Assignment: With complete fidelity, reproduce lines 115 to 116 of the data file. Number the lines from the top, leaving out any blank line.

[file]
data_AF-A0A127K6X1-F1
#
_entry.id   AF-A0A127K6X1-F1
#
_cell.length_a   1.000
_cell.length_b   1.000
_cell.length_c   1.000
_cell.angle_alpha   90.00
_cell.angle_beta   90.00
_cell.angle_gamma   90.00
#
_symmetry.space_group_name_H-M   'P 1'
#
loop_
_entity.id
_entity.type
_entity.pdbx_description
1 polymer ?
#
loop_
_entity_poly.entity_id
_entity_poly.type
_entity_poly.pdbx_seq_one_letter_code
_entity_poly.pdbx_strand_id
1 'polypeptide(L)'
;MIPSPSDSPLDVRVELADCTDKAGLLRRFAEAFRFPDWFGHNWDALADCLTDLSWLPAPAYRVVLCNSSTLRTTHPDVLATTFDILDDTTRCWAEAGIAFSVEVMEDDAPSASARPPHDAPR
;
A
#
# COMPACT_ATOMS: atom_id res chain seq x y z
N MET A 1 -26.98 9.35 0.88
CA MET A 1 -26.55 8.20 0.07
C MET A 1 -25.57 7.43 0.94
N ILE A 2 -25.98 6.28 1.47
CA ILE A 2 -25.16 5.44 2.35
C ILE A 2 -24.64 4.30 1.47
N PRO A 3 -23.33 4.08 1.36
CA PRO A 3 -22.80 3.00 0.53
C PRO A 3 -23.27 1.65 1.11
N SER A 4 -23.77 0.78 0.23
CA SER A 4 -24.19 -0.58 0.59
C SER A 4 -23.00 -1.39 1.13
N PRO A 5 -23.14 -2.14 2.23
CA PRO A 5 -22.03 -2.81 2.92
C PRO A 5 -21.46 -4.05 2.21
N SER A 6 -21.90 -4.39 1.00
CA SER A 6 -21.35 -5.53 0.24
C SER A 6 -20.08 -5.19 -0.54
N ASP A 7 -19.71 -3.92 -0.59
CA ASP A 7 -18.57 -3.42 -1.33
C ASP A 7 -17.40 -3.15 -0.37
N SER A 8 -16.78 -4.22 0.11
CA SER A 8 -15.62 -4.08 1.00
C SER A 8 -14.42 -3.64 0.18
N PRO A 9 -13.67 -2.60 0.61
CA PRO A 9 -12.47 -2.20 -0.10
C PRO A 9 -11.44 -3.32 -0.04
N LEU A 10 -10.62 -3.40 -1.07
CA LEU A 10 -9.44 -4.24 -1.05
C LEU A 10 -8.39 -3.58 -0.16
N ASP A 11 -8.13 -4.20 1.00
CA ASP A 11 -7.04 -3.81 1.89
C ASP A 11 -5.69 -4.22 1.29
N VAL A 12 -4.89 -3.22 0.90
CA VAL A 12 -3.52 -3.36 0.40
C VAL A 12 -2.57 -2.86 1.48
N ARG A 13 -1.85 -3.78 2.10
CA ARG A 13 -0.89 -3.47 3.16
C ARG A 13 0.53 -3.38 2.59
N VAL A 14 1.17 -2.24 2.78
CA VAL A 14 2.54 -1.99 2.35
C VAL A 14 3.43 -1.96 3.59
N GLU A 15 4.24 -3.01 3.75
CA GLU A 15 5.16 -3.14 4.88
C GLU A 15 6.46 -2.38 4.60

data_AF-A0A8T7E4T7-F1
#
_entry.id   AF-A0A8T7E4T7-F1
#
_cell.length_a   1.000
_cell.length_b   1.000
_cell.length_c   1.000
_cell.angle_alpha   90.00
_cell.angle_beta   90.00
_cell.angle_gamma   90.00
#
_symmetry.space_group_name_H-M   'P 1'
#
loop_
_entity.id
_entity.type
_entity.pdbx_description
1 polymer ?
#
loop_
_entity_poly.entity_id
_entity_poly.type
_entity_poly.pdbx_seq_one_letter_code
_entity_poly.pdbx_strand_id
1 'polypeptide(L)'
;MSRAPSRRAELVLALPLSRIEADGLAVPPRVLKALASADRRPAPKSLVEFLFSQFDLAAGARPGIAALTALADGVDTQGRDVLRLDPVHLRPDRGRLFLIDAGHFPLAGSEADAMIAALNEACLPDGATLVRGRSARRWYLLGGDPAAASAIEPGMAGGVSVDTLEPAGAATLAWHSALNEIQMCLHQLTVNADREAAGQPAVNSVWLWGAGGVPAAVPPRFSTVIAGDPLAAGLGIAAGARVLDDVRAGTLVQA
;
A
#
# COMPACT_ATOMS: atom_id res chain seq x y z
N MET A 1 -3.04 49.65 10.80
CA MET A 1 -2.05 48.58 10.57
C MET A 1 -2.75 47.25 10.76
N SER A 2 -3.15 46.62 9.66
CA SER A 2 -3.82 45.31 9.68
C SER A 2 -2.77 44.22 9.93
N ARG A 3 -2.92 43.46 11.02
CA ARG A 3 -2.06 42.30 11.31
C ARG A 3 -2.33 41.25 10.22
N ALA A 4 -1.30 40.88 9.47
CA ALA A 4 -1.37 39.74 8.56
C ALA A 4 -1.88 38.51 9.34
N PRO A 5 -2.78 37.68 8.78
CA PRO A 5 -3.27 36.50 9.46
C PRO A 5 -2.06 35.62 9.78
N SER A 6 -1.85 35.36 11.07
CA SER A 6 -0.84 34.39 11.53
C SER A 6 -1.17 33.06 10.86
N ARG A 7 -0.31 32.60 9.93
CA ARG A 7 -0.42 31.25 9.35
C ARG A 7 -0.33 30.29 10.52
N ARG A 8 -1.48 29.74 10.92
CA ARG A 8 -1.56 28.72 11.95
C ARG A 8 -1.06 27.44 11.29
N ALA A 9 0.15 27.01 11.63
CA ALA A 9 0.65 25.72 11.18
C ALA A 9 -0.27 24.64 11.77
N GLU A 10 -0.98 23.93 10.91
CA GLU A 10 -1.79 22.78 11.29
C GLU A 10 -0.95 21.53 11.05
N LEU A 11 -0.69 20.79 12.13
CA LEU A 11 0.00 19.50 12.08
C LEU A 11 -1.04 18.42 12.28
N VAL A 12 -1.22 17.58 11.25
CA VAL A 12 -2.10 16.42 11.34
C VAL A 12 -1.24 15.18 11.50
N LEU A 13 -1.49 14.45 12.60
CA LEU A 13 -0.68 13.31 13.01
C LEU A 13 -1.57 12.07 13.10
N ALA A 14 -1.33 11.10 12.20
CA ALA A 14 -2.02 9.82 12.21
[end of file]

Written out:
N ALA A 4 -1.30 40.88 9.47
CA ALA A 4 -1.37 39.74 8.56